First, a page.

Probic Vent Ood For Thought

18Apr/180

Blake’s 7 – Deliverance: “You Really Are Obsessed With Blake”

Deliverance serves up more by-the-numbers narratives, but two key relationships in Blake's 7 change significantly in this otherwise dreary episode.

Where once Travis and Servalan had seemed to revel in one another's company, the dynamic between them has changed significantly. Jacqueline Pearce delights in Travis' discomfort, whereas Stephen Greif makes the Space Commander a picture of buttoned-up discomfort, his face betraying a galaxy of tells as he first absorbs Servalan's jibes and then learns of Marryatt's fate

This is, perhaps, the point at which Travis succumbs to his hatred of Blake. Where once Travis had openly challenged Servalan, his authority has been whittled down to virtually nothing.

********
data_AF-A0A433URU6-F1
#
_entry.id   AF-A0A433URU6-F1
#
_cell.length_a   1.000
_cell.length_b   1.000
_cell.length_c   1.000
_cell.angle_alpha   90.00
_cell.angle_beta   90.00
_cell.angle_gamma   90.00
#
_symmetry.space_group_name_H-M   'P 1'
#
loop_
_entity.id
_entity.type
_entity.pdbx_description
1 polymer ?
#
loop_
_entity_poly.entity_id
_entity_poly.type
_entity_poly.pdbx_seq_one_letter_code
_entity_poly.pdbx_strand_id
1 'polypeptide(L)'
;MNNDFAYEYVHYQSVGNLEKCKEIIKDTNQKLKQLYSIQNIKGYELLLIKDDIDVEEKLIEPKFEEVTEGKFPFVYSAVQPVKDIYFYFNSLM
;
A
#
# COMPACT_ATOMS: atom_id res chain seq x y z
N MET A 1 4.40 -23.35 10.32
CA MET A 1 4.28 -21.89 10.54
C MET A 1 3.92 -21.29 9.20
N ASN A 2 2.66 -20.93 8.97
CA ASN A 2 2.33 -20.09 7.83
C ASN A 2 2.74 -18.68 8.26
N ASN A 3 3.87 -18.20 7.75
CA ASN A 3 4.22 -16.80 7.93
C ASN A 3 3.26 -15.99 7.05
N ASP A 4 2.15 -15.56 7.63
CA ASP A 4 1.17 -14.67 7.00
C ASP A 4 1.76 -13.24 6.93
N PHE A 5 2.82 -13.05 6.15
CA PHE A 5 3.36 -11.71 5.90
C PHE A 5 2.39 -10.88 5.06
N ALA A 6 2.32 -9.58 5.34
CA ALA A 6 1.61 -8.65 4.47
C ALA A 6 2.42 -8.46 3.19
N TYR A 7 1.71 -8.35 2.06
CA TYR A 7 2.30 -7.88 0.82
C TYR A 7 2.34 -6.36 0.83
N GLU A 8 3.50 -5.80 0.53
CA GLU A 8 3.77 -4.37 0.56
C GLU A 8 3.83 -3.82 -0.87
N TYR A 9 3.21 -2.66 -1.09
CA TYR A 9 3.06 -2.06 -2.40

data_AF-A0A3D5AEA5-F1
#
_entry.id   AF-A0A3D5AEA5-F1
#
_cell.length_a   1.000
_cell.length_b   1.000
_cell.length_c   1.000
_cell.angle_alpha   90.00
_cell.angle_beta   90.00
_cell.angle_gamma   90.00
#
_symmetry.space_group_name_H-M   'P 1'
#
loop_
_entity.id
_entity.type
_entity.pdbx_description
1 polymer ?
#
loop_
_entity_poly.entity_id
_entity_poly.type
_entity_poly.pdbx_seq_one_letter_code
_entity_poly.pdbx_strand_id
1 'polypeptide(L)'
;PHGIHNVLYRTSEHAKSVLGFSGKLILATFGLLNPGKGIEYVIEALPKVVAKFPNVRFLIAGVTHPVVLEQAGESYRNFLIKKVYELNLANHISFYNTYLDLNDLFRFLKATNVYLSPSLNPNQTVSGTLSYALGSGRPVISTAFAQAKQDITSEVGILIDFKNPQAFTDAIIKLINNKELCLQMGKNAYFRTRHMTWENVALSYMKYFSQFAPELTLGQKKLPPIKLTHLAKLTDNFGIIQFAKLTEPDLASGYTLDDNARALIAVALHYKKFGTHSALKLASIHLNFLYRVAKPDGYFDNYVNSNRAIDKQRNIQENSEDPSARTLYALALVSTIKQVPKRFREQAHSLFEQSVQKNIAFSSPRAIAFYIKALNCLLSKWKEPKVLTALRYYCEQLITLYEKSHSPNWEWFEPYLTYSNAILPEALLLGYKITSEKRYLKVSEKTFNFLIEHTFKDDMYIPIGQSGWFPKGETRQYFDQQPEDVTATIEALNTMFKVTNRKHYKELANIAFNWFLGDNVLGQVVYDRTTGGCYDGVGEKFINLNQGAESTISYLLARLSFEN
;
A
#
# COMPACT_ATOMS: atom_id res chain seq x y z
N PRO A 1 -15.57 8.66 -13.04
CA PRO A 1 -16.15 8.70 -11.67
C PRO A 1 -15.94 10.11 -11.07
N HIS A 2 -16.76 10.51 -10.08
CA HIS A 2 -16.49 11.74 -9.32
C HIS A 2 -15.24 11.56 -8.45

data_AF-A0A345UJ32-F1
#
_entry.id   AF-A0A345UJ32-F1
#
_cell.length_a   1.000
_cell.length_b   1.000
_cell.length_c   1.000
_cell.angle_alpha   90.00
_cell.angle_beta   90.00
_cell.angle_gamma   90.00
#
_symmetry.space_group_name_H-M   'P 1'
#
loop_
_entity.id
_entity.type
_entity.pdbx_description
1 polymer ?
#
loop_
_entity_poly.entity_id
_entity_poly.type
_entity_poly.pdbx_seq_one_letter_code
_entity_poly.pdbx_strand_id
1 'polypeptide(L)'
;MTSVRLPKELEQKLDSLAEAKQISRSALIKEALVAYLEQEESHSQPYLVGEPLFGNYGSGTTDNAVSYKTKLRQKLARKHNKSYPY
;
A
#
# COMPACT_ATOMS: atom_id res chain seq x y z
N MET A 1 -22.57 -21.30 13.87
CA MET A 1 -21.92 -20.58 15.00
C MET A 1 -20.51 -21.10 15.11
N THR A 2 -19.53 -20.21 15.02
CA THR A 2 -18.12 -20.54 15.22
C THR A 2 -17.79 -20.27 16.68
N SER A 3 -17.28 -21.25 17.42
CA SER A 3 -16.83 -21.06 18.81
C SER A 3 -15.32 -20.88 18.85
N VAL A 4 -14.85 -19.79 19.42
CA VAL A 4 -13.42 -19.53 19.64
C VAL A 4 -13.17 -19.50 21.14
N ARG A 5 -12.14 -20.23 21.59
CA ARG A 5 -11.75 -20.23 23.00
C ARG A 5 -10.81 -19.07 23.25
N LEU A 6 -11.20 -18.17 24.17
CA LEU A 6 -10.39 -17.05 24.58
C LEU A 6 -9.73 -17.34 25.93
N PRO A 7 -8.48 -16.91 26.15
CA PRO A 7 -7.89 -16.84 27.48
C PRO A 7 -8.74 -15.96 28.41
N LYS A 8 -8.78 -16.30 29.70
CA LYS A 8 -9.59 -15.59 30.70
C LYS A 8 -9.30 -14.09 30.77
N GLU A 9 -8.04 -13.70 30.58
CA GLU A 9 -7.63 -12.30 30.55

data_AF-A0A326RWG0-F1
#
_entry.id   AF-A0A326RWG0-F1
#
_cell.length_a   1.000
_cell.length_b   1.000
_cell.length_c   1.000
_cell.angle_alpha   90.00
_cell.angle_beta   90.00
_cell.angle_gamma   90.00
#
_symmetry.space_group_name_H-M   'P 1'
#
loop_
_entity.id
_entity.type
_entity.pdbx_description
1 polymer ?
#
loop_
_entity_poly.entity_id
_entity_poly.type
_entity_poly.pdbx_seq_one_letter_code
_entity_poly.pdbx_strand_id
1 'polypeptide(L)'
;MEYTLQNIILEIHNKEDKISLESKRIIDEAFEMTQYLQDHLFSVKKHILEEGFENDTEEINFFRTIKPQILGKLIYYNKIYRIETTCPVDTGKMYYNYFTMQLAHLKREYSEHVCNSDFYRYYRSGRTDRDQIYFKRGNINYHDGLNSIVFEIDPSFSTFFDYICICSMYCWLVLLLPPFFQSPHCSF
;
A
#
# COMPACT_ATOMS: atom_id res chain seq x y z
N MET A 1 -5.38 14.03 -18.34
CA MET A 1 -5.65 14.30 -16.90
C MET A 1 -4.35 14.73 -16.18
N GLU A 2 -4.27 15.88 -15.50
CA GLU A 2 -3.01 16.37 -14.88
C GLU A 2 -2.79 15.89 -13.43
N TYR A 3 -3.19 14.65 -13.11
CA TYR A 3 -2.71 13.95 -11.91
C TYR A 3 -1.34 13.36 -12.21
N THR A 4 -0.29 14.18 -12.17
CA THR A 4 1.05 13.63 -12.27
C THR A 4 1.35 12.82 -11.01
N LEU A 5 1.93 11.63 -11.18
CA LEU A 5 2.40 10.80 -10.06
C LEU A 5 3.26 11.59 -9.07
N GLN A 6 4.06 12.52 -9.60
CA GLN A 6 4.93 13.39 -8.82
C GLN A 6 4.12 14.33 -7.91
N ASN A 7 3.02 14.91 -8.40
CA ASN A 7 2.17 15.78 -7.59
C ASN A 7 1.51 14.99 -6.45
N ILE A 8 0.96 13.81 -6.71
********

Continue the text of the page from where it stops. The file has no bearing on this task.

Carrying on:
When Servalan gleefully tells him that she has knowingly sent one of the few people to whom Travis owes respect to his death, it's a turning point in their relationship. Acceptance of this signals Travis' obedience and his deference to Servalan - and his willingness to sacrifice anything in his pursuit of Blake.

"You really are obsessed with Blake, aren't you?" ask Servalan. It's no coincidence that she has condemned Maryatt to his death and his family to slavery in her pursuit of Orac. It's a calculated wounding of Travis and a demonstration of her authority over him.

In her pointed sacrifice of Maryatt, Servalan has presented Travis with a checkmate move. If he wants Blake he has no option but to surrender. Travis muses that the Supreme Commander is almost as ruthless as he is but he has indeed underestimated her, as he repeatedly underestimates Blake. Both Servalan and Blake are skilled manipulators. In this regard Servalan is more of a mirror to Blake than Travis is.